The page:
8. To affirm the Trinity without affirming eternal generation is to affirm the results of patristic biblical reasoning minus the process and presuppositions that produced them. What is the result? The result is the belief that there is one God who exists eternally in three persons who are coequal, coeternal, and distinct from each other; one of these persons is the eternal Son who added to his divine nature an assumed human nature, which created nature is less than and lower than the Father. That is a pretty robust set of beliefs about the trinitarian-christological core of Christian faith. Critics should critique accordingly, with a sense of proportion. My own first line of criticism would be to point out that without eternal generation in place, the relations of these three to each other is still a thing to be sought. To that extent, all these orthodox statements remain brittle and abstract, crying out for explanation and application. Most explanations (eternal relationships of command and obedience, for example) and most applications (gender order) that suggest themselves seem poorly resourced and arbitrary.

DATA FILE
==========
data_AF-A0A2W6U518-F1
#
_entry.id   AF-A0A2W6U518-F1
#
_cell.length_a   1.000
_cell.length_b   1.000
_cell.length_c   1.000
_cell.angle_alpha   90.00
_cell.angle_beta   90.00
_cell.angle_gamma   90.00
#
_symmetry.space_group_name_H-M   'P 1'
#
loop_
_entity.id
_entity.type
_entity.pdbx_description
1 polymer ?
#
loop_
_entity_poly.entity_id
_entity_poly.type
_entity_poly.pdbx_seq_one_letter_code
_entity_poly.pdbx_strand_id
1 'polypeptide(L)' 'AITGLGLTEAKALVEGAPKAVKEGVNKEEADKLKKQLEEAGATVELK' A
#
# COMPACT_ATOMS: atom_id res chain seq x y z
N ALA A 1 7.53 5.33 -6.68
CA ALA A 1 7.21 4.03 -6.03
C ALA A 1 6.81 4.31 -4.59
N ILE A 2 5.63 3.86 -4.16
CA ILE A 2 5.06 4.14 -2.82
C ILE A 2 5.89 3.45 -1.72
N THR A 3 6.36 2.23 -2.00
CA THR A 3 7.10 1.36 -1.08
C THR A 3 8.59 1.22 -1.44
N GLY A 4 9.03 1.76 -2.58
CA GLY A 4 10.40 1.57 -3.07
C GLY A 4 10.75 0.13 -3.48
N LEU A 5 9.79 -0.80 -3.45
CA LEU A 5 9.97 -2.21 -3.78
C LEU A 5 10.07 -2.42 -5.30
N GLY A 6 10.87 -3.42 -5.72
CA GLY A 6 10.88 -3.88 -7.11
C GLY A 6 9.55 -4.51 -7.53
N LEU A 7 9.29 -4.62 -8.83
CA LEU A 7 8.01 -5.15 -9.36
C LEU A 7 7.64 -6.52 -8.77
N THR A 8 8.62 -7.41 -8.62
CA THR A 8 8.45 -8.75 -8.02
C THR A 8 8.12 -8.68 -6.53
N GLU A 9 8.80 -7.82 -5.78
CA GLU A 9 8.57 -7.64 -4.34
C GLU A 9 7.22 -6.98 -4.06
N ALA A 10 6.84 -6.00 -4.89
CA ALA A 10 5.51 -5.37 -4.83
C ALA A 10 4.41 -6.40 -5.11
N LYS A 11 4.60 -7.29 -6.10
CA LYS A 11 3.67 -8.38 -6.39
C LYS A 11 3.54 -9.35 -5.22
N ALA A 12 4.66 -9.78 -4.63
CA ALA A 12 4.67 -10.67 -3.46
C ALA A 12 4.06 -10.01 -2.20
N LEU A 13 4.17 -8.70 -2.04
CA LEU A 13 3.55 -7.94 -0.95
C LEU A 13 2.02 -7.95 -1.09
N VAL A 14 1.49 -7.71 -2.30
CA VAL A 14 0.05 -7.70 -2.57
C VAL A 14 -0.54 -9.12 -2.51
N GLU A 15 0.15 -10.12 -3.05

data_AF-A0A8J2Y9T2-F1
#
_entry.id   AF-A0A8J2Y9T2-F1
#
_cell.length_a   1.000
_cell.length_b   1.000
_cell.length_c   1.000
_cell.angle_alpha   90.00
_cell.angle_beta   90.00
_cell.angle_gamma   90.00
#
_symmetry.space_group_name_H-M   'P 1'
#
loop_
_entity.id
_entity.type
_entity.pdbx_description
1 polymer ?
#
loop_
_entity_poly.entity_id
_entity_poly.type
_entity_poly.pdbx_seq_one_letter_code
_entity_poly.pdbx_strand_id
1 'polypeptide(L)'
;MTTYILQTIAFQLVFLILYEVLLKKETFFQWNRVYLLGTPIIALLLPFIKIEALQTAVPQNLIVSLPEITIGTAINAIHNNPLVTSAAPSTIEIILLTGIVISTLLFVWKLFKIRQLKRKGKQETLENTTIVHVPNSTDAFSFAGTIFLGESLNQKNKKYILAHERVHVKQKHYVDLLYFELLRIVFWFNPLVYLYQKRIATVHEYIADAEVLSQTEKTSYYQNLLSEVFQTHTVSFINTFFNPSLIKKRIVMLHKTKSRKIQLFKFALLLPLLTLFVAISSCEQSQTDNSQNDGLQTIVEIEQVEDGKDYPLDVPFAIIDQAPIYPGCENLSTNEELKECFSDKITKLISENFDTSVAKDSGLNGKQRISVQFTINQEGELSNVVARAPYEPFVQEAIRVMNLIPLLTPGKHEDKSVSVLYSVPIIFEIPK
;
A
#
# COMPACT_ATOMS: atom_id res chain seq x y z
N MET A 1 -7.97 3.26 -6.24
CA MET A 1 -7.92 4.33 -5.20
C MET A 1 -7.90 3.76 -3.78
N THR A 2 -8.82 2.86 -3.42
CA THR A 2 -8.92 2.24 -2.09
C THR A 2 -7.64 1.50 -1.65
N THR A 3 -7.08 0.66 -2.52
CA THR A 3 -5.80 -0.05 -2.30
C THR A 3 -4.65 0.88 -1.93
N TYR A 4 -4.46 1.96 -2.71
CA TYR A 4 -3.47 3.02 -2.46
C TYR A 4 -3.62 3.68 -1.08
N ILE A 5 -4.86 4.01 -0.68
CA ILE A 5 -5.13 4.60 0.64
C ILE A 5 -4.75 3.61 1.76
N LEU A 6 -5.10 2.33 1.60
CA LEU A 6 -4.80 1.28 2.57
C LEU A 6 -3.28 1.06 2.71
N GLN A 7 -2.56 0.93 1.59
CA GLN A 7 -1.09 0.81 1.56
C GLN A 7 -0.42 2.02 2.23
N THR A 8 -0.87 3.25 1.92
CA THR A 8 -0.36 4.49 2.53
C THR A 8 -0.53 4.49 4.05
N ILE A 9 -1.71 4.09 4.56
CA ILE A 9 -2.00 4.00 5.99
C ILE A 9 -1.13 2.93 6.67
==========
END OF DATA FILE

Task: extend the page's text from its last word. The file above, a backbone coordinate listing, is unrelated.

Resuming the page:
10. The doctrine of the Trinity suffers equally from flattening out the distinctions among the persons and from over-drawing them. This is true in all epochs of trinitarian theology, but in our age, whenever trinitarianism is drawn into the orbit of gender politics we have two poles: An egalitarian round-dance of mutual affirmation by the anonymous three in their perichoretic commune of blissful sameness on the one hand, and a hierarchical committee in which the lower members are strictly observant of the proper channels for carrying out the deliverances of the senior members on the other. Okay, nobody’s doctrine of God reaches these extremes. But we seem to feel the pull of the poles. And we can tell which extreme any particular theologian most dreads by whether they feel reassured by adding or subtracting hierarchy.